Despite being the next European capital to join the European Union (Croatia’s accession is timetabled for July 2013), Zagreb is far from being the kind of internationalised city that you might expect. Indeed it retains a great deal of street-level character, navigating today’s economic challenges in a way that’s shaped as much by local tastes as global commercial imperatives.
International shopping culture has taken firm root in the new breed of mega-malls that girdle the suburbs, leaving the city centre free to continue leading its own life. Apart from a sprinkling of stores selling branded sportswear and luxury label clothes, most of the businesses are local. Dive into the courtyards leading off main shopping street Ilica and you’ll discover a decidedly not-your-usual-high-street world of boutiques and workshops, many of them selling hand-made jewelry or individually-crafted hats and shoes. This is a city in which professions like millinery and cordwainery (that’s cobblers to you) still cling to their traditional place in the city centre. And in stark contrast to your average European metropolis, Zagreb is a city in which the main outdoor fruit and veg market still occupies centre stage, a few steps uphill from the main square.
The need to devote quality time to coffee and conversation still dictates the tempo of life in the pedestrian streets around the main square. And given how much Croatians love their coffee breaks, it’s initially surprising to note that international coffee franchises are totally absent from the Zagreb streets. The truth is that local cafés are so good at producing strong, quality brews that the global coffee-shop brands would find it well nigh impossible to compete.
East of the centre, a more internationalised Zagreb is growing up around Radnička cesta (literally ‘Workers’ Street’), a former industrial zone that now hosts bank headquarters, conference facilities and high-end shopping opportunities. Radnička still remains something of an inner-city quandary, however, with warehouses, engineering workshops and vacant lots rubbing shoulders with the steely facades of twenty-first-century blocks. Despite the relocation of several major financial institutions to Radnička cesta, it remains unconvincing as a future hub of leisure and culture: many of the new restaurants and cafes have the bland appearance of an airport departure lounge, while not enough use is made of the industrial architecture around the edges.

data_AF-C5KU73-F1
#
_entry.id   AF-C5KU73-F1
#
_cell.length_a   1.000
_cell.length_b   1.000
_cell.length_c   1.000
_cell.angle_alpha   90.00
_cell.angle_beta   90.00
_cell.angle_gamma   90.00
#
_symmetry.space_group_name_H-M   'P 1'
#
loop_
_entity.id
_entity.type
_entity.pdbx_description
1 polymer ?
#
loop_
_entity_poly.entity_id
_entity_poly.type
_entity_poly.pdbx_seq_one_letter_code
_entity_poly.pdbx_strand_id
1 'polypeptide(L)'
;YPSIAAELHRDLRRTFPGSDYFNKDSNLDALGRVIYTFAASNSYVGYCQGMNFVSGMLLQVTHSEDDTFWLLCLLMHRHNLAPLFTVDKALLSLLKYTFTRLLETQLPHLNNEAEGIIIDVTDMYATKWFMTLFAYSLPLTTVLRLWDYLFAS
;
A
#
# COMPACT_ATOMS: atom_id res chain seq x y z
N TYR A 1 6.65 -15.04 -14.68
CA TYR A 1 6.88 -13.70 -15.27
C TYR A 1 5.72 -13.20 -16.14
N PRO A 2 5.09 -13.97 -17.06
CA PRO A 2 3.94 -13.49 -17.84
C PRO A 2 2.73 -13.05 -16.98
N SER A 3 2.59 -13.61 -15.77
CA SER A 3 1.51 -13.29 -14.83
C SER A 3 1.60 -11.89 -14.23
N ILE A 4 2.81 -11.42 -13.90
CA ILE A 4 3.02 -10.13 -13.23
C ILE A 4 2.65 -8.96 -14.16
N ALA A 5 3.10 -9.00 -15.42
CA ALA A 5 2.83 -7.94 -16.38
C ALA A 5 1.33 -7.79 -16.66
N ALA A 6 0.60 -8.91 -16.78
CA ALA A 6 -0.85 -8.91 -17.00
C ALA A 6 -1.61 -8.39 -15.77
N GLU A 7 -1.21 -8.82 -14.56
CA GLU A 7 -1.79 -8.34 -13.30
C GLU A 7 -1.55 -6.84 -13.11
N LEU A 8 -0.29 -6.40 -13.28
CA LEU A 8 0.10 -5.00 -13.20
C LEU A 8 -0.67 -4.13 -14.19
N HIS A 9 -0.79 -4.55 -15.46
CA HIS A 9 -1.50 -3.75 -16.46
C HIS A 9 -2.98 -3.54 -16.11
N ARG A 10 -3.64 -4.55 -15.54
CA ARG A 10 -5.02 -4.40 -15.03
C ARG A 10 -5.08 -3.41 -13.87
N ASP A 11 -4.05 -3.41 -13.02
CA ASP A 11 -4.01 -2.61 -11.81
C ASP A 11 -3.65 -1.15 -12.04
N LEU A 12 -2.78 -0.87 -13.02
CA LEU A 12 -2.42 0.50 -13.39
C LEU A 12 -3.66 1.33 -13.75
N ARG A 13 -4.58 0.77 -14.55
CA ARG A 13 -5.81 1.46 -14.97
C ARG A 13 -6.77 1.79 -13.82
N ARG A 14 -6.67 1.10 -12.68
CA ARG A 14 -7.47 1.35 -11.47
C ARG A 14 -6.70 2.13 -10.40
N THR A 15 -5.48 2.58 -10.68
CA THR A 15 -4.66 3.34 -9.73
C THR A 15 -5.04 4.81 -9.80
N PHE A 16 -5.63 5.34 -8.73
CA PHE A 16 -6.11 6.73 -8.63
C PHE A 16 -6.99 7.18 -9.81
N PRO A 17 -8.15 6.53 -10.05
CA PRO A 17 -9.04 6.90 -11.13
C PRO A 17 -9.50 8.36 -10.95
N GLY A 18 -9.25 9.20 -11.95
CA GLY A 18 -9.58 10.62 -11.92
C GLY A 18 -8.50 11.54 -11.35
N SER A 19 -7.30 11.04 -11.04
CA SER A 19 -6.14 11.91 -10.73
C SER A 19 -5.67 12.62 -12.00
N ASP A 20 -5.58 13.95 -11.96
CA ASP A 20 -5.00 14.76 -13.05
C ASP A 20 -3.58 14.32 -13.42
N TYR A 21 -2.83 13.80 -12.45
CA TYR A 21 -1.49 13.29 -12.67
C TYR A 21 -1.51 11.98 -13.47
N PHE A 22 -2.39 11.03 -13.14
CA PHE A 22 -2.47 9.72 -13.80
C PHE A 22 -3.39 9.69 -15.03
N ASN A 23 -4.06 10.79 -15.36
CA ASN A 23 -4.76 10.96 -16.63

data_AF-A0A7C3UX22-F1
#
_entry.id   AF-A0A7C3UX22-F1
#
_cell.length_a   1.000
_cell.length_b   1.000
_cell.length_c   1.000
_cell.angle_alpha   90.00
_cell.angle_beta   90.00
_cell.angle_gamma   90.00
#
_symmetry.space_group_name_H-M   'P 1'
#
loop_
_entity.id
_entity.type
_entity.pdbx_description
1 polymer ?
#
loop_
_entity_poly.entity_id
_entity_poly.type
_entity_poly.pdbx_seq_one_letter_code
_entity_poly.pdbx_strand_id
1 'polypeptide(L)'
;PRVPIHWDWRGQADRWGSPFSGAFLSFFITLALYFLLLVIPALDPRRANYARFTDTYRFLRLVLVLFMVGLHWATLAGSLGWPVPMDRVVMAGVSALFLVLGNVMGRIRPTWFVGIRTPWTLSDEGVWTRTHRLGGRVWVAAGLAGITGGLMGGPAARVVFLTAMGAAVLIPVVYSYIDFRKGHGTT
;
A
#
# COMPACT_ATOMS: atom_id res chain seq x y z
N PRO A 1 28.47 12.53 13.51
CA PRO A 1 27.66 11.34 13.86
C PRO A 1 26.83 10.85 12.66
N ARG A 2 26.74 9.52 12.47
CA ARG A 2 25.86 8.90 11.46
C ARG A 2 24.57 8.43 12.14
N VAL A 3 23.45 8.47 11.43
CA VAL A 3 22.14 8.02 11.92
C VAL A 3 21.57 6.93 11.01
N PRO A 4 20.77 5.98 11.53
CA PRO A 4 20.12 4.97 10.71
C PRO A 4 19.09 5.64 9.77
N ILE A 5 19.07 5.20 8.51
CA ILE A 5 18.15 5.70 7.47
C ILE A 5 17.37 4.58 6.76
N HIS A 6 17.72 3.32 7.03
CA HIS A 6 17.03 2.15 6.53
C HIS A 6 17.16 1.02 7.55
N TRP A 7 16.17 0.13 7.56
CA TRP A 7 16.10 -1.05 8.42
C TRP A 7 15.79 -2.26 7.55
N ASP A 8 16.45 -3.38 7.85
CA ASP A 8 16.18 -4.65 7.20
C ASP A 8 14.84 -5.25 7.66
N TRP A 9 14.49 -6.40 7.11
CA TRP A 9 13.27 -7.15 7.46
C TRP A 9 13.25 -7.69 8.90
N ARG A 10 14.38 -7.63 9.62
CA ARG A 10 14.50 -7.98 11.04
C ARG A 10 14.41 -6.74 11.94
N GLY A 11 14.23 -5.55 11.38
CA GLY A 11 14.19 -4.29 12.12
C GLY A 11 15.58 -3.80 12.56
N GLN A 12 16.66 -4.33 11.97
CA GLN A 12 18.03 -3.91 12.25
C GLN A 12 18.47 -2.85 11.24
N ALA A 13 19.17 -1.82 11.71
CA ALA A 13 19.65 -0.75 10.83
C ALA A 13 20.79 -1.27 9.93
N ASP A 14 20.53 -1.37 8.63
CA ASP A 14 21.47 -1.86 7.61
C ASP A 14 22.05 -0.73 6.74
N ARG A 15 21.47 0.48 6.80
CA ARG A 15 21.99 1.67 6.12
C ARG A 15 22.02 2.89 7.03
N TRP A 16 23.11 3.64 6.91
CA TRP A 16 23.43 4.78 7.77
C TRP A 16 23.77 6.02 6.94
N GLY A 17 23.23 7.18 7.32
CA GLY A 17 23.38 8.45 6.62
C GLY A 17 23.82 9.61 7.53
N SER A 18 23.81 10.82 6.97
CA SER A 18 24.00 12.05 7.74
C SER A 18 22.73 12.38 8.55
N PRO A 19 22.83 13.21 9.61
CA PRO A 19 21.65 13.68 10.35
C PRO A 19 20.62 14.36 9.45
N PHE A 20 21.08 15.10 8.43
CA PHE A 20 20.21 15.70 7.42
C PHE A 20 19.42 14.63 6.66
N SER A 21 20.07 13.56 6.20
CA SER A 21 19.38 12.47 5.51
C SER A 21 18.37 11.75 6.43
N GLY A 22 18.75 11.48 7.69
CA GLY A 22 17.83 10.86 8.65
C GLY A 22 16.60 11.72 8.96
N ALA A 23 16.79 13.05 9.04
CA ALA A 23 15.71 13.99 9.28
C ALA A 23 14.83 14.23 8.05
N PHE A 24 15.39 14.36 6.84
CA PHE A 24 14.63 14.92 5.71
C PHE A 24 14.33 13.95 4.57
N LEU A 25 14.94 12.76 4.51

Elsewhere, Zagreb’s contributions to corporate urban architecture are far too scattered to impinge seriously on the city centre’s predominantly 19th-century skyline. The 26-storey Eurotower (housing the Zagreb Stock Exchange) already presides over a mixed business-and-university district southwest of the train station; while the double ellipse of the SkyTower – whose 22 storeys have been revised down from the pre-recession target of 29 – looks set to spur the spread of commercial Zagreb along the west-leading corridor of Zagrebačka avenija.
Shopping and art